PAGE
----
If you press play on opening track “Winter Lantern” expecting to be bowled over with a frigid blast of black metal hostility, you’ll be in for a surprise, because what opens the EP is a gorgeous synth intro built simply on the first three notes of the minor scale; it’s one of two extremely well-done dark ambient tracks. It’s an unexpectedly tender way to set up the ears for what follows, which is “By the Wrath of Mother Kos!”, the first of two very strong raw black metal tracks. The hallmarks are all here: guitars that buzz like a swarm of angry insects, drums that sound distant but drive mercilessly forward, a light bottom end, and hoarsely screamed vocals above it all. There are two things, though, that push Cainhurst above other acts in the space: Shaw has a tremendous ear for melody and letting the music breathe in the right places, and his production keeps every element of the music audible without sacrificing the raw aesthetic.
To that first point: the catchy melodic riffs on this EP are the thing mostly likely to catch your ear. They’re not constant; “By the Wrath” doesn’t introduce its version until 1:30, but when it arrives it *really fucking arrives*. “Cainhurst”, on the other hand, begins with its big melodic riff, an eerie but formidable sequence of descending lines. Both songs also have a calm, thoughtful passage that allows the track to breathe for a few moments, which drastically increases the impact of the violence around. To the second point: the production is some of my favorite modern raw production ever. The best part is that I can hear the bass; the bottom end is characteristically light, but the bass is clearly audible as a distinct element. Combine that with the excellent vocal/guitar balance and the intensity of the blast beats in the drums, and you’ve got a winning package.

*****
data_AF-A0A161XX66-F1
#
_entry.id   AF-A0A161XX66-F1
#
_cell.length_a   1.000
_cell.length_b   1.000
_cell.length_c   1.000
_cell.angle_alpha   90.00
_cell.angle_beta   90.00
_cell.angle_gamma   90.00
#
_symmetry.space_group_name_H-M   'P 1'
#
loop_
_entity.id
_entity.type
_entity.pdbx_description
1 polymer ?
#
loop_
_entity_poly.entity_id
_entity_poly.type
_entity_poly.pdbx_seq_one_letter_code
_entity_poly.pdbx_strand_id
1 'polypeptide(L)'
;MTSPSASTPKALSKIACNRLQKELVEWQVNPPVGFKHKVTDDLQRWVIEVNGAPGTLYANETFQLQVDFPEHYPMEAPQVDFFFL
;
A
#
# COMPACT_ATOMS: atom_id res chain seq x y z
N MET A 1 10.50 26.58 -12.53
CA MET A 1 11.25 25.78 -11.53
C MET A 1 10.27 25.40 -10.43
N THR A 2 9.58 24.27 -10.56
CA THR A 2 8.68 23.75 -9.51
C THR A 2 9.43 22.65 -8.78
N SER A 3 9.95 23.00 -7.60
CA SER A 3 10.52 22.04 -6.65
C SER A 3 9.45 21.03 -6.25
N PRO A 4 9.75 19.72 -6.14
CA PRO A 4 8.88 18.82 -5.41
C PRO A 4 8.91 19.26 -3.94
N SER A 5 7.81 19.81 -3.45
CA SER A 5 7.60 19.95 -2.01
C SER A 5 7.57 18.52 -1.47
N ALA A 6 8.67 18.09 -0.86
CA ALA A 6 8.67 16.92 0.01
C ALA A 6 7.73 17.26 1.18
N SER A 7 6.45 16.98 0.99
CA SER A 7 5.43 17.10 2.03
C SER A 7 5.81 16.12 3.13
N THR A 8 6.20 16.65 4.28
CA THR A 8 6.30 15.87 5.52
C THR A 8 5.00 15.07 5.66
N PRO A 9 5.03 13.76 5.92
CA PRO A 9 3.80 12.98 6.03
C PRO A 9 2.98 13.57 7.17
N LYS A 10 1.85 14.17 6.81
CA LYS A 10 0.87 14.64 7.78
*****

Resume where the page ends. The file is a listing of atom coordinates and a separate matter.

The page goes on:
Dark Have Been My Dreams of Late is available for preorder now, and I highly recommend dropping some cash for it and picking up Cainhurst in the meantime. We’re all in for a frosty treat on July 27!
Eurkuh – Not at All
Black metal from NSW, Australia
Released January 7, 2021
Eurkuh is the definition of a hidden gem. An anonymous one-man project from New South Wales, Australia, they released their debut EP on the first release day of 2021. It was a relatively quiet release from where I sit; I think I’ve seen one post in my Twittersphere, and outside of that there hasn’t been much talk about it. This is a damn shame, because Not at All, that debut EP, is a really strong first effort that deserves to be heard!
What we’ve got here is undeniably a bed of black metal, but there are strong death metal influences in both the vocals, which would fit comfortably if you dropped them straight into a OSDM band, and some of the riff designs. When you take those elements and combine them with Eurkuh’s breakneck, vehement passages of black metal fury, it all comes out to a potent package of power and ire.